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Texas Agriculture Archive

January 16, 2004

AFBF files brief over
scope of Clean Water Act

 

The American Farm Bureau Federation has filed a "friend of the court" brief with the U.S. Supreme Court in support of a request by a Virginia landowner for review of a lower court's ruling on the scope of the Clean Water Act (CWA).

AFBF supports Newdunn Associates, LLP, in seeking Supreme Court review of a ruling by the U.S. Court of Appeals for the Fourth Circuit.

Newdunn contends that the ruling made by the appeals court in Newdunn Associates, LLP v. U.S. Army Corps of Engineers is contrary to the Supreme Court's decision in SWANCC v. U.S. Army Corps of Engineers. In SWANCC, the Supreme Court ruled that federal jurisdiction under the CWA is limited to waters that are navigable in fact, such as rivers and lakes, and to waters and wetlands that have a "significant nexus" to and are "inseparably bound up with" navigable waters such as tributaries, streams, tidal wetlands and wetlands adjacent to open waters.

In Newdunn, the appeals court reversed a ruling by a trial court which held that the Corps did not have jurisdiction over Newdunn's property. The trial court also found that wetlands on Newdunn's property were not subject to CWA regulations because they were not adjacent to navigable waters or waters of the United States.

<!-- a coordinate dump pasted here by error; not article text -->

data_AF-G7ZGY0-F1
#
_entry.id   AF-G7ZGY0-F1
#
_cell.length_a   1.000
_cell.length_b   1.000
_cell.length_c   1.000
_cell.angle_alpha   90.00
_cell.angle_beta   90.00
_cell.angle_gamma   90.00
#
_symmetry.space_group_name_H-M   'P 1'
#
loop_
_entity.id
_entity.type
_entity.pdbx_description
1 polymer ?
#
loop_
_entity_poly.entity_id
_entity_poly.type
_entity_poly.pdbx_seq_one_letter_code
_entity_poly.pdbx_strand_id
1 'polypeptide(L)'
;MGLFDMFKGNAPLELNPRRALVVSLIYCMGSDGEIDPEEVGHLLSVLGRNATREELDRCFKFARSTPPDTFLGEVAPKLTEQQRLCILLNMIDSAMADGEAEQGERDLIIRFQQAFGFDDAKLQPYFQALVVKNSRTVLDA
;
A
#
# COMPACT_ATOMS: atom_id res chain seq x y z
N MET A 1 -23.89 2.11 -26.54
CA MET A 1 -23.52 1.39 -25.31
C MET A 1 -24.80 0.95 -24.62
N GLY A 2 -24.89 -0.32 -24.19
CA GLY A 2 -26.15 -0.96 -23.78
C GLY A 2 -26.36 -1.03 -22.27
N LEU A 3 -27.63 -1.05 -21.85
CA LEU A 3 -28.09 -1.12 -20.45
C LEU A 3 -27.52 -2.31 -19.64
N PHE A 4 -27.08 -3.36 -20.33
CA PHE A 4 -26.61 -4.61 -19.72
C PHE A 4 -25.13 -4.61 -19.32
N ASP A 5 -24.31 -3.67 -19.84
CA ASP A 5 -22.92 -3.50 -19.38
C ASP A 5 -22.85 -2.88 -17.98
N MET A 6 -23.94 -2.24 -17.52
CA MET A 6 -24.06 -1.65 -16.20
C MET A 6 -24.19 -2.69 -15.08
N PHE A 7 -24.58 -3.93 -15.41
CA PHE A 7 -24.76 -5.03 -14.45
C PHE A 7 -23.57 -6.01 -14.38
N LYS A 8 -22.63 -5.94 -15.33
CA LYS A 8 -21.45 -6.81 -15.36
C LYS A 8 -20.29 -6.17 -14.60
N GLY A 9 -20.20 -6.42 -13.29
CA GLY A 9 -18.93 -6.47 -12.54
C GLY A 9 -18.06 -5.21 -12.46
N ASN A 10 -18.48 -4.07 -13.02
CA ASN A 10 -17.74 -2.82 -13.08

AFBF's support of Newdunn is consistent with the organization's efforts to obtain relief for Farm Bureau members from the government's regulation of farmlands and normal farming activities under section 404 of the CWA.

"The Corps has taken the most liberal of stances on this issue and has attempted to exert section 404 jurisdiction over virtually any and all wetlands no matter how isolated or remote," AFBF wrote in the brief.

According to AFBF, the Supreme Court should review this case so that landowners' property rights will not continue to be determined on an arbitrary basis, with inconsistent results from different Corps divisions and courts throughout the country.

"This is a serious problem with the potential to impact farmers and ranchers all across the nation," said AFBF President Bob Stallman. "Allowing the U.S. Army Corp of Engineers to extend Clean Water Act jurisdiction to every roadside ditch in the country puts that agency in charge of local land use decisions, which should more properly be under the control of individual states."